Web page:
Facebook wants you to upload your nude photos

Facebook wants you to upload your nude photos

Now that most people have their own smartphone and the internet is so widely used, people were always going to use it for one thing: sending nudes. Whether you're keeping a long distance relationship strong or just find the practice exciting with your partner of choice, people are taking explicit photos and sending them to each other all of the time.

While this can be a healthy part of a relationship, it definitely does have some downsides. There is some risk involved in sending them over the internet or by text, as you don't know who can intercept the message (or simply look over your SO's shoulder). It should usually be safe, but for celebrities it can be a risky endeavour.

social media Credit: Pexels

Remember "celebgate" back in 2014? Over 500 explicit photos of female celebrities were leaked from Apple's iCloud, allowing millions of strangers to invade the victims' privacy. But on a much smaller scale, this, unfortunately, can happen to those not in the public eye as well.

Known as "revenge porn", some complete scumbags out there decide to get their vengeance on others by posting explicit photos they have received in the past on social media. But Facebook reportedly has a solution: you send them the photos first.

woman using laptop Credit: Pexels

While it may sound mad, there is method to this request. The company is testing a feature that allows users to upload their nudes onto the website in advance, so the site knows how to block others from posting these photos. They claim they will not store, or even view the images, but the customer support team will review blurred versions of the image to determine whether or not it is explicit.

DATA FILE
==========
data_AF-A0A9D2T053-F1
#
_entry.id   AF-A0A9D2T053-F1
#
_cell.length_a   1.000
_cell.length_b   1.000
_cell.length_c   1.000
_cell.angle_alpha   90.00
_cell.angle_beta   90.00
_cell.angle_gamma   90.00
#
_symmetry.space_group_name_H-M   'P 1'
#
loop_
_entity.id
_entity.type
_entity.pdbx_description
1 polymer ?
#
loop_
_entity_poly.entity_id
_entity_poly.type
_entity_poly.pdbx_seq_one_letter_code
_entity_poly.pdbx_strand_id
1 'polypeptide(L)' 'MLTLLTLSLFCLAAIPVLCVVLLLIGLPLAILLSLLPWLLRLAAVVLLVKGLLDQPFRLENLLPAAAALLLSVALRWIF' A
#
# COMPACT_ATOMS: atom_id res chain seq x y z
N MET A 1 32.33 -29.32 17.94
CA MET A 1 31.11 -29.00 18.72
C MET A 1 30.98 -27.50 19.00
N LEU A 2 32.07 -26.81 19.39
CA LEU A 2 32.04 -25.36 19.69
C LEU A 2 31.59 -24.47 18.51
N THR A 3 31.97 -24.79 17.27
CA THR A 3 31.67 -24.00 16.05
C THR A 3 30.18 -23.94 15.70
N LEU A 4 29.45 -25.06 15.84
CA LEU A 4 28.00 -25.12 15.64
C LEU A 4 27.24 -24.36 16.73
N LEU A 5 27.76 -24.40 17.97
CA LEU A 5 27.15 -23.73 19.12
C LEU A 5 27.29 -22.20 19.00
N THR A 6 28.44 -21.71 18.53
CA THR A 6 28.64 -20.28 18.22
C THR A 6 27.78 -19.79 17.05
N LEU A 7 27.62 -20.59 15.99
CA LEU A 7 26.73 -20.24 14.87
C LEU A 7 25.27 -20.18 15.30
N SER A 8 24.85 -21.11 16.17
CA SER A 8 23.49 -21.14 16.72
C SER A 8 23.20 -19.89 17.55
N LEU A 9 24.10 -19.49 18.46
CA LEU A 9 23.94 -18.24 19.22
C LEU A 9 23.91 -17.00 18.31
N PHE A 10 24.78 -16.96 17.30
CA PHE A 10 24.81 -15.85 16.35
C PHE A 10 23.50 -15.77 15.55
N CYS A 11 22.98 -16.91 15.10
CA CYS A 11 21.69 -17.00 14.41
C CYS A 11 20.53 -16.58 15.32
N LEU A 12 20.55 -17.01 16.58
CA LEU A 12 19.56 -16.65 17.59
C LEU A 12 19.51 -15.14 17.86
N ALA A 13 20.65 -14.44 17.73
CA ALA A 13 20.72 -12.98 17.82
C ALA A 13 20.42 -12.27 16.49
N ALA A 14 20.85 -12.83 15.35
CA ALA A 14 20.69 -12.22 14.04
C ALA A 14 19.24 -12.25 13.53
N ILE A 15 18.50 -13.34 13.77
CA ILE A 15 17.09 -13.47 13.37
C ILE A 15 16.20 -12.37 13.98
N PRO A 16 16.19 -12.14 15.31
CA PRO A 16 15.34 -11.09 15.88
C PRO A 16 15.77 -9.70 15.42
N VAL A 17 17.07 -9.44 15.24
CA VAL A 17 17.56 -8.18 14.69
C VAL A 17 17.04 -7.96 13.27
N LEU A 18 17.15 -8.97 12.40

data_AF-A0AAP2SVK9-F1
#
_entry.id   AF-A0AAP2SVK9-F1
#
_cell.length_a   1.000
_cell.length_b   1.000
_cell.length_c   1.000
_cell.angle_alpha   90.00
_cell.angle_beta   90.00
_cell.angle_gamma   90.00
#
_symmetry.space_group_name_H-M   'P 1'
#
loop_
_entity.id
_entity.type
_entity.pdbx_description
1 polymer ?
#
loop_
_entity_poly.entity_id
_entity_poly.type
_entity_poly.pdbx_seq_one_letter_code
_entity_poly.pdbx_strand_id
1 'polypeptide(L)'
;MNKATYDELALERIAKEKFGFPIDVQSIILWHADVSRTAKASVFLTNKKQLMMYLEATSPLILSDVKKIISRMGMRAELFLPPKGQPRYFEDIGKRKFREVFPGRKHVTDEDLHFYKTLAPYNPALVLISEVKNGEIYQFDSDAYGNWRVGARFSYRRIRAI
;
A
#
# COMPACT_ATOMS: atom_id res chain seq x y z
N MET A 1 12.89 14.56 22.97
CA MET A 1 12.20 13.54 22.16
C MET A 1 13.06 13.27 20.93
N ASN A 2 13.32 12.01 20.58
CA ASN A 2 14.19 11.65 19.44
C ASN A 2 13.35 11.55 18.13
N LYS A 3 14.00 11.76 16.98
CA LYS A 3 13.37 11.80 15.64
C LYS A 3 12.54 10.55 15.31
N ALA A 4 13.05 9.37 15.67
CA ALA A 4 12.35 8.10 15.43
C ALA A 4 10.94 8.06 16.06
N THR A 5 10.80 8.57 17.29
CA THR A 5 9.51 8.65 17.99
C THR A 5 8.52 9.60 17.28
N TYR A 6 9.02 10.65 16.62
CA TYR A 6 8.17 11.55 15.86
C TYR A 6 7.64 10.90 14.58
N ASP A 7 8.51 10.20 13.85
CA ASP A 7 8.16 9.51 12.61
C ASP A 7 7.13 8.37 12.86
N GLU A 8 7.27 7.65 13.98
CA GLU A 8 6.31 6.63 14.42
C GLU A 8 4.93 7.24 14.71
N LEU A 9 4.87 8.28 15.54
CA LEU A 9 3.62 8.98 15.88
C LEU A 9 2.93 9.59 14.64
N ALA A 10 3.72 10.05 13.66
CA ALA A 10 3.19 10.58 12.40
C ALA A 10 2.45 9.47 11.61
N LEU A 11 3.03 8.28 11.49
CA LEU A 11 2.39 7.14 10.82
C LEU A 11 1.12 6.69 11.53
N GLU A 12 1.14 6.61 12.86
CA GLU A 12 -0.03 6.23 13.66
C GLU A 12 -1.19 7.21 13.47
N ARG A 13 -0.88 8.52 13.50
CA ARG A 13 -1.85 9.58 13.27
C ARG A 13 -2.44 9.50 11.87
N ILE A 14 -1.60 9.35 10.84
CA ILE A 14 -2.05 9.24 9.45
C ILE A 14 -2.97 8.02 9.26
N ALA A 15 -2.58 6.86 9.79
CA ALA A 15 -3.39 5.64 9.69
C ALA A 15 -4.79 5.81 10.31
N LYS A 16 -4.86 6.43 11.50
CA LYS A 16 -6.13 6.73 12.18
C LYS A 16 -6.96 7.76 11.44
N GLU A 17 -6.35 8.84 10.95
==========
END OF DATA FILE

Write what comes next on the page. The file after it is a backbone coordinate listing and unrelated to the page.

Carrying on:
At this point, they create a "digital footprint" known as a "hash", which will be used to tag any other versions of the image from being shared on the site, while the original photo is deleted. The new feature is currently being trialed in Australia, but if it's successful we could see it become available in the US, Canada, and the UK.

woman smartphone Credit: Pexels

Alexandra Whiston-Dew, a private client lawyer at British law firm Mishcon de Reya, shared a statement with Newsweek on the issue:

"Publication on Facebook is often the most devastating platform for the victims—they have their friends, family, work colleagues all gathered in one place for maximum humiliation by publication.

"We would expect that Facebook has absolutely watertight systems to guard the privacy of victims. It is quite counter-intuitive to send such intimate images to an unknown recipient and Facebook will need to be able to reassure people that they have the right measures in place to protect them."

Facebook has encountered around 54,000 cases of revenge porn on the site already - and that's just the ones they know about. Hopefully, the site's two billion users will be safer from this fate using the feature, as long as they have the bravery and forethought to send it off in the first place.